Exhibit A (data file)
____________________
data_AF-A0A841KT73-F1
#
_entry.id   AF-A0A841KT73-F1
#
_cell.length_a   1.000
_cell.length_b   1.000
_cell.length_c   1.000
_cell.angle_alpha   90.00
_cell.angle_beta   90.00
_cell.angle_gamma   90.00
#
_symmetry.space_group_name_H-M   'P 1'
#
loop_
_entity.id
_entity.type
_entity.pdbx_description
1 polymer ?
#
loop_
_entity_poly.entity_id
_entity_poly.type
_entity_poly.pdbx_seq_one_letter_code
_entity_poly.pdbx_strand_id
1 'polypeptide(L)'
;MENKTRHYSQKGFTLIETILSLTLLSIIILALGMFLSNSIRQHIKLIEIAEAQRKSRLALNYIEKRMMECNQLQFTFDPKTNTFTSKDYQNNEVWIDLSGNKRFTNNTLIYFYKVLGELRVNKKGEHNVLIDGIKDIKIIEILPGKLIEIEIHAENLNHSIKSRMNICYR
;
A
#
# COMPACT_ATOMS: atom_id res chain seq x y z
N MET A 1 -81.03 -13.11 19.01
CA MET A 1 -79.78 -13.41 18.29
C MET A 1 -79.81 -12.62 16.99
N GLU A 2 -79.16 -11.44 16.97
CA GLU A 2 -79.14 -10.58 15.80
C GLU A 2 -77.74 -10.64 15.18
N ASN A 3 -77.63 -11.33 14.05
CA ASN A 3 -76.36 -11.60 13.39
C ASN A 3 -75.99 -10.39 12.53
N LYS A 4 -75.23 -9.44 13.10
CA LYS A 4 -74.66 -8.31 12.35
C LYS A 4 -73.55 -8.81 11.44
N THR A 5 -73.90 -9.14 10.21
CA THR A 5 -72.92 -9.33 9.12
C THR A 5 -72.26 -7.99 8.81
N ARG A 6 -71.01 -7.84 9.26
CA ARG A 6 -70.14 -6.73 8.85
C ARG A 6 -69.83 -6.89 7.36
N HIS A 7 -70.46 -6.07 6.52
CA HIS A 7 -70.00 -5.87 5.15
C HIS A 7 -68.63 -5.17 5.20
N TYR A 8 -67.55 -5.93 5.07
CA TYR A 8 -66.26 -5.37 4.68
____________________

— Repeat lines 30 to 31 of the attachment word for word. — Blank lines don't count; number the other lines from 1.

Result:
# COMPACT_ATOMS: atom_id res chain seq x y z
N MET A 1 -81.03 -13.11 19.01